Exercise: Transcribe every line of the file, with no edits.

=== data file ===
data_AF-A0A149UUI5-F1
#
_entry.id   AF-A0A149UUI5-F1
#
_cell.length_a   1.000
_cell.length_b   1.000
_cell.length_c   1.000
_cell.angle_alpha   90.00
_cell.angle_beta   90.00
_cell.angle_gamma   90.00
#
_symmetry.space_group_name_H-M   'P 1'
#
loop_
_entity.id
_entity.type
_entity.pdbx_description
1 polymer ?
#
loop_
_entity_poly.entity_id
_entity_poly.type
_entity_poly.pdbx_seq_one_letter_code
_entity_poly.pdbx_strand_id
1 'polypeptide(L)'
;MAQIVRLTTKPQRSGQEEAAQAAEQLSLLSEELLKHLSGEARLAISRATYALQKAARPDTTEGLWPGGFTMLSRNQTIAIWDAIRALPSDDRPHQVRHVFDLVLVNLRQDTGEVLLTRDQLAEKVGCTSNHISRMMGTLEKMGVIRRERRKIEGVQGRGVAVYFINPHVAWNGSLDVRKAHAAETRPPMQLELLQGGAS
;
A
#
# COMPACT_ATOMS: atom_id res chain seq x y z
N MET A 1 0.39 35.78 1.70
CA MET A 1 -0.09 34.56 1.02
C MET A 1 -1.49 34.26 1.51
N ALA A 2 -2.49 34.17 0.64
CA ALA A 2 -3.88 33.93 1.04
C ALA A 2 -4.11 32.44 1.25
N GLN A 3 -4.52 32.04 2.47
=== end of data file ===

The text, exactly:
data_AF-A0A149UUI5-F1
#
_entry.id   AF-A0A149UUI5-F1
#
_cell.length_a   1.000
_cell.length_b   1.000
_cell.length_c   1.000
_cell.angle_alpha   90.00
_cell.angle_beta   90.00
_cell.angle_gamma   90.00
#
_symmetry.space_group_name_H-M   'P 1'
#
loop_
_entity.id
_entity.type
_entity.pdbx_description
1 polymer ?
#
loop_
_entity_poly.entity_id
_entity_poly.type
_entity_poly.pdbx_seq_one_letter_code
_entity_poly.pdbx_strand_id
1 'polypeptide(L)'
;MAQIVRLTTKPQRSGQEEAAQAAEQLSLLSEELLKHLSGEARLAISRATYALQKAARPDTTEGLWPGGFTMLSRNQTIAIWDAIRALPSDDRPHQVRHVFDLVLVNLRQDTGEVLLTRDQLAEKVGCTSNHISRMMGTLEKMGVIRRERRKIEGVQGRGVAVYFINPHVAWNGSLDVRKAHAAETRPPMQLELLQGGAS
;
A
#
# COMPACT_ATOMS: atom_id res chain seq x y z
N MET A 1 0.39 35.78 1.70
CA MET A 1 -0.09 34.56 1.02
C MET A 1 -1.49 34.26 1.51
N ALA A 2 -2.49 34.17 0.64
CA ALA A 2 -3.88 33.93 1.04
C ALA A 2 -4.11 32.44 1.25
N GLN A 3 -4.52 32.04 2.47